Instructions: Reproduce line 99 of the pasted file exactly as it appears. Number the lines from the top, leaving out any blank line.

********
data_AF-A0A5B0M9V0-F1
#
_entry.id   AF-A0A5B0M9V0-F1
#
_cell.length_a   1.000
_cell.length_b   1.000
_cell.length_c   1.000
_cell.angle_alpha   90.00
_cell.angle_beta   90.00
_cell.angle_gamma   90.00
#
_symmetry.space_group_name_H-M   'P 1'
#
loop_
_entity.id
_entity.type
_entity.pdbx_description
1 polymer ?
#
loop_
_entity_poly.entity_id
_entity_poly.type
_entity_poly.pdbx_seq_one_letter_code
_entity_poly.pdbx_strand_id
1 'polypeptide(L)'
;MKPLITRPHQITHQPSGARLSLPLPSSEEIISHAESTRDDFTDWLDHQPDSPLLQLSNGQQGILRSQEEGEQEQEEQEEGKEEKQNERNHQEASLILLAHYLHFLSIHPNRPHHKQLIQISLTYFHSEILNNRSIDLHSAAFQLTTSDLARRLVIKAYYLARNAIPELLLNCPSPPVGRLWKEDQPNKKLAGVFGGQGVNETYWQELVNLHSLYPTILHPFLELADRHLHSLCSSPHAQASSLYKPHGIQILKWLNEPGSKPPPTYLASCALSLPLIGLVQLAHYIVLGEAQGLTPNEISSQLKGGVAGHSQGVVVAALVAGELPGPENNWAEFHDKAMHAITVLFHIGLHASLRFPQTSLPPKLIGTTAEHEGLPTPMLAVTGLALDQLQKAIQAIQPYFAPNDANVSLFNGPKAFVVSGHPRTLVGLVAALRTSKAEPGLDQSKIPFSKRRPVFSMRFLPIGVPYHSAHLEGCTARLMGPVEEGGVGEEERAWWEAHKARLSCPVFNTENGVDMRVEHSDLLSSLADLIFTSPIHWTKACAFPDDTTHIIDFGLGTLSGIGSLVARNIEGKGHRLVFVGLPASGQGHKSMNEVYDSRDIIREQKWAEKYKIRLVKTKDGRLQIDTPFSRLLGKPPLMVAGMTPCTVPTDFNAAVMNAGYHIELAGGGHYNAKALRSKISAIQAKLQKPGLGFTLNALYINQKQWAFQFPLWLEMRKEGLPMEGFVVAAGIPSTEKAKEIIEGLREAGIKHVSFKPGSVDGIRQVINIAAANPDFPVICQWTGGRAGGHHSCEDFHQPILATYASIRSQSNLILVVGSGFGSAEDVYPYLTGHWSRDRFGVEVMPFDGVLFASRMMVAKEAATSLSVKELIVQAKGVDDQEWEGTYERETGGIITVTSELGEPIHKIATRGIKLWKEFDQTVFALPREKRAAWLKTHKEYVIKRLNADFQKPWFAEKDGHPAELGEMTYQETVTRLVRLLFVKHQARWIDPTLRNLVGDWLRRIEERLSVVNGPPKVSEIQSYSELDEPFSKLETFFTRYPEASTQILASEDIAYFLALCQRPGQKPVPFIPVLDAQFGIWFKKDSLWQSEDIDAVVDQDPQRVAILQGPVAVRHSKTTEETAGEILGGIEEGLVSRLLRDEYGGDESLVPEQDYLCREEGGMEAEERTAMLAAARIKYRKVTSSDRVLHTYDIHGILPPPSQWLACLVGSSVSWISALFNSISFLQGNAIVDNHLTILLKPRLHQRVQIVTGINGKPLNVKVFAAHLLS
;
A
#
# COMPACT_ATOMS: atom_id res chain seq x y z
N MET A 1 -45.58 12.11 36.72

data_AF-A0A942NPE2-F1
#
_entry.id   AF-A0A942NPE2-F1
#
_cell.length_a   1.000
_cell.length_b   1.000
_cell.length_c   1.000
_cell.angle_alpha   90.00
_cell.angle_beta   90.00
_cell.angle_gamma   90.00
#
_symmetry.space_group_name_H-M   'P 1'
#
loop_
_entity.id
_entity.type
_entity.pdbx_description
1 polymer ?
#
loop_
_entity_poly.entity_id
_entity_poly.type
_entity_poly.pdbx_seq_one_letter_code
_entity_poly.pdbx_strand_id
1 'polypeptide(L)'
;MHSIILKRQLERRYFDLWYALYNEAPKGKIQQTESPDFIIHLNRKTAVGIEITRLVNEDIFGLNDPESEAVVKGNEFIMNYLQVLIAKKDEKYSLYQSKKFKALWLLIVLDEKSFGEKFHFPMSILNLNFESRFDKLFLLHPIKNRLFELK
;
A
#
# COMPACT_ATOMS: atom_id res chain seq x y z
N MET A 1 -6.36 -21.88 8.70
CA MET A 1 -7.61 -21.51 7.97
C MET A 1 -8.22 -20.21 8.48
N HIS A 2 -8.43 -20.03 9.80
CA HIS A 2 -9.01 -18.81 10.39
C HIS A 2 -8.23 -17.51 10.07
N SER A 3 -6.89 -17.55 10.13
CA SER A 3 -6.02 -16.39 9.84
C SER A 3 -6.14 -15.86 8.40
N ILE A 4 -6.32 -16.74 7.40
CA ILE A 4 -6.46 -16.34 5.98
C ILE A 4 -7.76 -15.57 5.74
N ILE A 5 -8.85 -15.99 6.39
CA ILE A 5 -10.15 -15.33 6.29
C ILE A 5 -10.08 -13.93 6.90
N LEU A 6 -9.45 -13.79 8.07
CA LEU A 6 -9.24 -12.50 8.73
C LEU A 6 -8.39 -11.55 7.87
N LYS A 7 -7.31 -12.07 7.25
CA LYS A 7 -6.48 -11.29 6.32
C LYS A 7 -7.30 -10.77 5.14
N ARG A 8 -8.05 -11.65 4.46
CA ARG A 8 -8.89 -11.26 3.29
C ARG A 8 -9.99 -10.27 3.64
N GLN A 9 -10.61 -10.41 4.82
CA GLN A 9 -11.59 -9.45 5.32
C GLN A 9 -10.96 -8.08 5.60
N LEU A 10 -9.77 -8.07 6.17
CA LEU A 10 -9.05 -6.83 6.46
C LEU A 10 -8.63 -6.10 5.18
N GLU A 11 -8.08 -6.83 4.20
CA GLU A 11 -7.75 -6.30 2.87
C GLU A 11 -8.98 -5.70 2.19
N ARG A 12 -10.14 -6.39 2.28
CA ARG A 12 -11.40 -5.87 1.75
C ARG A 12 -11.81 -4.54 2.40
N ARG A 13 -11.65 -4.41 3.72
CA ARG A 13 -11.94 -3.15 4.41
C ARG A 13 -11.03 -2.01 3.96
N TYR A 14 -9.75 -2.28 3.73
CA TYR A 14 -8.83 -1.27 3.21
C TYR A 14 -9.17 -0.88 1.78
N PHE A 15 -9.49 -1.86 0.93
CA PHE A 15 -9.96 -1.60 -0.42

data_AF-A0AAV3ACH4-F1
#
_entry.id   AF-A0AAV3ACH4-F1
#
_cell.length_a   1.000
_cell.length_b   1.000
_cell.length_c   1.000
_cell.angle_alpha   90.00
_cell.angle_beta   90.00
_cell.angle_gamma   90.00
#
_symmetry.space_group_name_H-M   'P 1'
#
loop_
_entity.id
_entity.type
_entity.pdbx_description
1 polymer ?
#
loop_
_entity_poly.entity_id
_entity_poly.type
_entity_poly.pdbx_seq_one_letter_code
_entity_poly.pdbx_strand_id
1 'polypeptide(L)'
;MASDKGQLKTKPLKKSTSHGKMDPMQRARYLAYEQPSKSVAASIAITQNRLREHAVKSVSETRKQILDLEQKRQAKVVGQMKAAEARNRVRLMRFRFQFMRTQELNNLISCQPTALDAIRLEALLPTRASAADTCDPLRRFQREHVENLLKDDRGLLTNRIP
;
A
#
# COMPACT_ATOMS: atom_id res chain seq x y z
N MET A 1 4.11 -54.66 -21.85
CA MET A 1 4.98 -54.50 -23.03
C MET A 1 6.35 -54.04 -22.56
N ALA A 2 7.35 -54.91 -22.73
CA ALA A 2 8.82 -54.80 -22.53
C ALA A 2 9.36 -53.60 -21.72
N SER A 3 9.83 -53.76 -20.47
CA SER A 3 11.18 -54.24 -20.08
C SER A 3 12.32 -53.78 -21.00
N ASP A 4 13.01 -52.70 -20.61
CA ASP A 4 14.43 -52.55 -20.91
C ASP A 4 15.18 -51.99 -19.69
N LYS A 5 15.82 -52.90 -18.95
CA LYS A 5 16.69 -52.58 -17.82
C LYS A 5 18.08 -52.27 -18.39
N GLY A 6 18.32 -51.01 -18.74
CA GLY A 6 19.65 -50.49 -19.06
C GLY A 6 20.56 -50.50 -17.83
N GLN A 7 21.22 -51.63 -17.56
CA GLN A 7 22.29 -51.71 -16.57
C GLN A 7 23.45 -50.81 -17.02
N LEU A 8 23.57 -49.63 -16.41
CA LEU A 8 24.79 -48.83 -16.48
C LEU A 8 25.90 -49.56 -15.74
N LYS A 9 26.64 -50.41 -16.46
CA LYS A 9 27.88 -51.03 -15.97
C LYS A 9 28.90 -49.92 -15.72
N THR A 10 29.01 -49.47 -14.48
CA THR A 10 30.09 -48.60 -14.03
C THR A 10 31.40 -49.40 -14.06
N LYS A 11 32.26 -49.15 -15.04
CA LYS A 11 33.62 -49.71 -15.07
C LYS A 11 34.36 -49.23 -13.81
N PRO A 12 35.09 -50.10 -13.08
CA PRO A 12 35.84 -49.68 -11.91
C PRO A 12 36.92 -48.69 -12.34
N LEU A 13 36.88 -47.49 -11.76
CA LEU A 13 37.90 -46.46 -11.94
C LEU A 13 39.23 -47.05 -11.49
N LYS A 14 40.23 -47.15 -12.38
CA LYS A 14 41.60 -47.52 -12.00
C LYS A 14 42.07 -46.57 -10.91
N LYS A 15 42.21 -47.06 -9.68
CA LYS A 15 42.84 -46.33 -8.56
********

CA ARG A 13 -11.94 -3.15 4.41